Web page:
Guest blogger: Jenny Skoog, is a personal trainer, birth coach, childbirth educator, and master trainer in pre-and-postnatal fitness. Learn more at Skoogfit.
Having a baby wreaks havoc on a woman's body. With new demands of motherhood like nursing and lack of sleep on top of childbirth recovery, "real life" can be daunting. In the beginning, it's difficult to imagine getting in any "me" time. A workout? HA! I can't even take a shower! Being a mom is a 24/7 job. It's no wonder new moms suffer from common aches and pains, like:
- Poor posture, back and neck pain
- Achy knees, hips and wrists
- Mushy midsection
- Weak pelvic floor
When your doctor blesses you with the almighty exercise clearance, where on earth should you begin? How hard should you push yourself? Should you crunch the muffin- top away? And how can you get sexy back? First, answer the following questions to determine how long you should wait before embarking upon a new fitness journey:
- How was your birth experience? Uncomplicated vaginal births will put you back in the gym within 3-6 weeks, but a C-section birth can delay your doctor's clearance by 6-9 weeks.
- How is your recovery coming along?Are you sleeping at least 7 hours per night (even if it's broken up)? Do you have any residual childbirth pain? Do you feel ready to exercise?
- Did you exercise during pregnancy? Begin where you left off. If you were doing prenatal yoga and going for walks, start there. Increase intensity every week or two, depending on how your body feels.
Something tells me you're dying to get rid of that muffin top. Since you can't crunch away a mushy midsection ('spot toning' doesn't work), lose overall fat with twice-weekly strength training workouts, a couple cardio interval sessions and an overall well- balanced diet.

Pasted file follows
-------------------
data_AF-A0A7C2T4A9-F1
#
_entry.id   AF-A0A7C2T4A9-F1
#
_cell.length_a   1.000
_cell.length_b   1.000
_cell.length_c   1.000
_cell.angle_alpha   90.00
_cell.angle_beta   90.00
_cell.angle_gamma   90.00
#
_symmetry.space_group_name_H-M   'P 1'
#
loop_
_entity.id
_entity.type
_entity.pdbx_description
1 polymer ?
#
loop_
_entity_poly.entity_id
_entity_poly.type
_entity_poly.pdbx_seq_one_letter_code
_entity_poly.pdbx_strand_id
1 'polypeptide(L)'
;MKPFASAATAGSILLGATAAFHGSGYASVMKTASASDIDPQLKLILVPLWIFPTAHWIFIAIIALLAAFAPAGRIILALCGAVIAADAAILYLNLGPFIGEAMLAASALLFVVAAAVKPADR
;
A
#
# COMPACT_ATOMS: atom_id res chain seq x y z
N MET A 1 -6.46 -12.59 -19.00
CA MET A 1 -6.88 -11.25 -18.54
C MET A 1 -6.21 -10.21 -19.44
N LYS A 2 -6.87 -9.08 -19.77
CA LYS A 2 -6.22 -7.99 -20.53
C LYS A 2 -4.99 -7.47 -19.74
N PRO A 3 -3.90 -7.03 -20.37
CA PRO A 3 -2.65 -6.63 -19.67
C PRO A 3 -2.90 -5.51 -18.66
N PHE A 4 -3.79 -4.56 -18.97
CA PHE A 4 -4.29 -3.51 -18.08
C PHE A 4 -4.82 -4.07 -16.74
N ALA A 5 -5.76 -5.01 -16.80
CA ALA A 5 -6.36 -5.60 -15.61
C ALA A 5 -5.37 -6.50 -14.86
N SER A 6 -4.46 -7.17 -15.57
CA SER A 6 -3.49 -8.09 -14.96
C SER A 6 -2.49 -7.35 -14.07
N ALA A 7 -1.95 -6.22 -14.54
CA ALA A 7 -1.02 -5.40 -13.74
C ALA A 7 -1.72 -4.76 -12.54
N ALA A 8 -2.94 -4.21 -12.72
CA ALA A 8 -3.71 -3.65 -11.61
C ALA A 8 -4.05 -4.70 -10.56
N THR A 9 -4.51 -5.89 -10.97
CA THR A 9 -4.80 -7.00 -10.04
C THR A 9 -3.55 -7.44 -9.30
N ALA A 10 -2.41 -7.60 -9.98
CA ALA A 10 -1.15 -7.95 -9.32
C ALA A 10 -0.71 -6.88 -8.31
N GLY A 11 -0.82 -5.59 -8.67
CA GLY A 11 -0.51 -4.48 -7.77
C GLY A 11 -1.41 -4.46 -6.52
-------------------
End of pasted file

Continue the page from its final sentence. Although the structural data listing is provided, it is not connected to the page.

If you're breastfeeding, you're in luck. Did you know that each ounce of breast milk is 20 calories? That's around 500 calories burned per day! Since there are 3,500 calories in a pound, that's a deficit of one pound per week! Be careful, though: extreme workouts (and extreme soreness) can sour breast milk leading to a cranky baby with a tummy ache. Err on the side of caution in the first few months.
Diastasis Recti is a split in the abdominal wall due to pregnancy: muscles must stretch in order to make room for the growing fetus. After childbirth, muscles should come back together, but can take up to a year to reconnect. In some cases, women experience a permanent separation and are at greater risk for umbilical hernia and abdominal weaknesses. Even if you don't have diastasis, your core is in a compromised state. Be sure to engage that core during any lifting exercise both in the gym and at home.
Perform this workout (or parts of it, as time permits) once or twice weekly in addition to your current program.
- foam roller
- yoga mat
- theraband or resistance band: light and medium resistance
1. Foam roll tight muscles for 30+ sec
- upper back
2. Stretch tight muscles for 30+ sec
- low back
- hip flexors
3. Perform the following exercises for 20 repetitions or 30 seconds each, twice
- hip bridges
- elbow plank
- dead bugs
- bird dogs
- modified elbow side plank
- theraband external shoulder rotation
4. Perform the following 3 circuits for 3 rounds of each. Be sure to learn proper form:
- 20 medium-resistance theraband rows
- 20 bodyweight squats
10 pushups (modify as necessary)
- 10 lateral lunges each leg
- 15 reverse flys with light theraband
- 10 1-leg deadlifts each leg
Do you have diastasis? Perform the following exercises 3-4 times per week in addition to your regular routine:
- 20 hip bridges
- 15-45 second elbow plank and side planks
- 20 torso rotations
- core engagement throughout the day
REMEMBER: Spend exercise time wisely! Focus on intensity and form instead of time spent. A well- programed, quality workout done in 20 minutes is better than 40 minutes of steady-state cardio.
Jenny Skoog specializes in women’s fitness from bride-to-baby. She is also a birth coach, a childbirth educator and master trainer in pre-and-postnatal fitness. Jenny launched her own fitness and health business, Skoogfit, a way of life for women seeking help with all aspects of their health picture. In 2013, she starred in her own TV show, Pushing It, and was nominated for an Emmy Award in 2014.